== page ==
Thursday, August 20, 2009

Sewing in America (Part 5) - RIP NYC Fashion Capital?

There is an incredibly relevant article in today's New York Times, regarding the decline of the garment industry in NYC.

New York’s garment center, once the heart of an industry that employed hundreds of thousands of workers and produced most of the clothing in the United States, is in danger of extinction.

For decades, cheaper foreign competitors and rising rents forced many of the sewing and cutting rooms and the button and zipper shops that once thrived on the side streets south of Times Square to close, shrink or move as mass production shifted to China, India and Latin America.

Owners say they are caught in a vise between declining retail sales and landlords eager to find better-paying tenants.

Some city officials and industry leaders worry that if manufacturing is wiped out, many of the designers who bring so much luster to New York will leave, along with the city’s claim to be a fashion capital rivaling Paris and Milan. The damage would be undeniable, given that the industry’s two big annual events — Fashion Week in September and February — attract enormous numbers of visitors and generate hundreds of millions of dollars in economic activity.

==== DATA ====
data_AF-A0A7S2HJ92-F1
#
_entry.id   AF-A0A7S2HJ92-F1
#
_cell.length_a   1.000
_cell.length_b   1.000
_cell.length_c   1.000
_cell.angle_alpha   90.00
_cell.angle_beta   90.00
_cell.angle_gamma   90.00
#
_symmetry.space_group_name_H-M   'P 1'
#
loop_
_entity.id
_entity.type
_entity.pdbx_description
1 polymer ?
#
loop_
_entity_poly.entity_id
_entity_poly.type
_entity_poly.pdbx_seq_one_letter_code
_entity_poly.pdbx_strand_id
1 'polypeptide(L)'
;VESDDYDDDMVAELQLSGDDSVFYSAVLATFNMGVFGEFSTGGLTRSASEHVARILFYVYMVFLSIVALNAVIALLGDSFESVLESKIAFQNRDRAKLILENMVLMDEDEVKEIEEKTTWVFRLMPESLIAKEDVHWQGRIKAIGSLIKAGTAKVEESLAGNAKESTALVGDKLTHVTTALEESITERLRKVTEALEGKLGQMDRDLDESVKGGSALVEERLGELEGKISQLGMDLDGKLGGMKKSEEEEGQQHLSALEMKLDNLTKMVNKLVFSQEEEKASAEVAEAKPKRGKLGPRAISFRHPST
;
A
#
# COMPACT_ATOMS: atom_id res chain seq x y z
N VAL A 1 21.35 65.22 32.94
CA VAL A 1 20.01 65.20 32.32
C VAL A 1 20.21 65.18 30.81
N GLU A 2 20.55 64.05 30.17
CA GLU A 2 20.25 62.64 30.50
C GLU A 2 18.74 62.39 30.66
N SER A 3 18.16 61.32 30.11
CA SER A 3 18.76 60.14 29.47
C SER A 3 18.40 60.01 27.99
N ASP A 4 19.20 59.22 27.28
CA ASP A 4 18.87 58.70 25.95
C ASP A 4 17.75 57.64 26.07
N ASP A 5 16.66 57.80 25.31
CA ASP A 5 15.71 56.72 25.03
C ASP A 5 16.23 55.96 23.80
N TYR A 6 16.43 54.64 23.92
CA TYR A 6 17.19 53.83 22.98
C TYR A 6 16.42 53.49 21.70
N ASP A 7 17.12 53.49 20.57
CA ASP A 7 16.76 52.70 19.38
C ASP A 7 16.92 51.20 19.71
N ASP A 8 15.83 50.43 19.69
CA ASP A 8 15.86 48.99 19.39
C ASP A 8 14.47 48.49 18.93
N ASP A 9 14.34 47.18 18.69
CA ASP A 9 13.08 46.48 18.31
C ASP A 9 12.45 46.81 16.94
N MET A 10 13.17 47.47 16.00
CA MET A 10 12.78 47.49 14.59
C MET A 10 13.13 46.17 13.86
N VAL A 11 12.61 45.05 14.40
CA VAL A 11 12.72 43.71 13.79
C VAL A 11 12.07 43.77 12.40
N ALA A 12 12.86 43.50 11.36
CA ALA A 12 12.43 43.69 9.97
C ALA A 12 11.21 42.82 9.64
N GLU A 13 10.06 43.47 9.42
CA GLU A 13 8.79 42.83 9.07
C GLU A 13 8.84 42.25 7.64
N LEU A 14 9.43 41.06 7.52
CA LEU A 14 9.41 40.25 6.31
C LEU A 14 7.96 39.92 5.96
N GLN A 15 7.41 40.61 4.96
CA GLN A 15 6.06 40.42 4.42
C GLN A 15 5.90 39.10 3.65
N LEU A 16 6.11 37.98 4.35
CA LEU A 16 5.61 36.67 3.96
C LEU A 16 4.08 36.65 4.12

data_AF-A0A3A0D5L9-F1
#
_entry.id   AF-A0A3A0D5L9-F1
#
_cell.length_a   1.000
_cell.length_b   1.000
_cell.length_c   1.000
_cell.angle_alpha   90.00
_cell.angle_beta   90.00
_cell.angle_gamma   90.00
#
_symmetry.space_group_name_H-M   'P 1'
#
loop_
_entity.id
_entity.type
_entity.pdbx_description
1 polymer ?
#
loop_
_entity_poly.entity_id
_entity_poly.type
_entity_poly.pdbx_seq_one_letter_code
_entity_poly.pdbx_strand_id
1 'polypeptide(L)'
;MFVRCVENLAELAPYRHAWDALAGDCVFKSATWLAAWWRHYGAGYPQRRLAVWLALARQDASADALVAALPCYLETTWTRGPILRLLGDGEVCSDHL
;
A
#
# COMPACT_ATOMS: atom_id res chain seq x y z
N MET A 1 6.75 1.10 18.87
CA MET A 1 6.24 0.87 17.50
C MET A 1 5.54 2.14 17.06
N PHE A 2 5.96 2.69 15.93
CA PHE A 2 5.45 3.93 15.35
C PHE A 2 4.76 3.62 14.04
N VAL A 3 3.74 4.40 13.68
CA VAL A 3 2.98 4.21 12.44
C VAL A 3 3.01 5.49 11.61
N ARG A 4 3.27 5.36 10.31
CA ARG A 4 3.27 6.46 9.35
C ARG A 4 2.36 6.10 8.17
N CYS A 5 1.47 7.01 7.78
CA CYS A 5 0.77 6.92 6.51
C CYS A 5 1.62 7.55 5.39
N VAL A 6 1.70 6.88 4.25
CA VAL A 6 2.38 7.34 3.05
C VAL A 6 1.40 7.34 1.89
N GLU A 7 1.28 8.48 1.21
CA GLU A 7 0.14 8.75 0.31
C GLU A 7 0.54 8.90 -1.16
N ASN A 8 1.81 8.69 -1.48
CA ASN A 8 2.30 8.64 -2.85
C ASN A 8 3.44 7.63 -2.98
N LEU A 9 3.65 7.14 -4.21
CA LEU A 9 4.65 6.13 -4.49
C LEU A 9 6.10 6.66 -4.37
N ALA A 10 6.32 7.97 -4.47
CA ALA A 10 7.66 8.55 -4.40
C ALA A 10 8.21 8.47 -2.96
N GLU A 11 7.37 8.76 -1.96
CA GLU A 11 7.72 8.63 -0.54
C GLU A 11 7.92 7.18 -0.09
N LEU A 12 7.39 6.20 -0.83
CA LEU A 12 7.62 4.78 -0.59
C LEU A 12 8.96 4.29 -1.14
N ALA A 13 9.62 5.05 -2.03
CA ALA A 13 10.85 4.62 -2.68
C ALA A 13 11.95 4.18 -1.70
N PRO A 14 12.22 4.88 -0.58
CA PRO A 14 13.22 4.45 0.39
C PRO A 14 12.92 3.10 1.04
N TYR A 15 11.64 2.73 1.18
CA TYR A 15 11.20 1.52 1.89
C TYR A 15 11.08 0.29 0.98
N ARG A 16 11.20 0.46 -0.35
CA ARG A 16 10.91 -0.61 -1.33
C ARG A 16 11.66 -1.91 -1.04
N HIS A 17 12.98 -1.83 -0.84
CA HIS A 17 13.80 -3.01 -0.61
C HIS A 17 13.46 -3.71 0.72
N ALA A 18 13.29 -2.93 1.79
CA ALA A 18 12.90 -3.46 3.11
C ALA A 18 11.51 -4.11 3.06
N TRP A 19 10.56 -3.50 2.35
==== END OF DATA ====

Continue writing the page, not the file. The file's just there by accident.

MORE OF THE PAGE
“If you don’t have production in the garment center, there would be no reason for designers and suppliers to cluster in the district,” said Barbara Blair Randall, executive director of the Fashion Center Business Improvement District. “We’re down to 9,000 jobs.”

But city officials say the industry has shrunk to a point where it could be reasonably consolidated in a few buildings, rather than several blocks. “It’s not mass production,” Deputy Mayor Kevin Sheekey said of the garment center. “Clearly, what’s occurring is much smaller and more high-end compared with the actual production that used to exist..."

It's a Catch-22: the factories are smaller, so the output capacity is smaller, so the orders are smaller. The work in these Garment District shops tends to be more high-end, intricate upscale designer clothing requiring finer craftsmanship. It's hard to say whether that's a cause or a symptom of the district's decline.

"Orders are more likely to be 3,000 or 4,000 pieces, not the production runs of 100,000 pairs of jeans that are now typically sent to..."

(Want to guess?)


1 comment:

  1. Hi, I've been out of town and have not been able to keep up with my usual blog reading, so apologies for the delay in commenting. Phyllis of CoudreMode addressed this issue too in a recent post on her blog. In the meantime, I'll keep shopping there and promoting the garment district on my blog...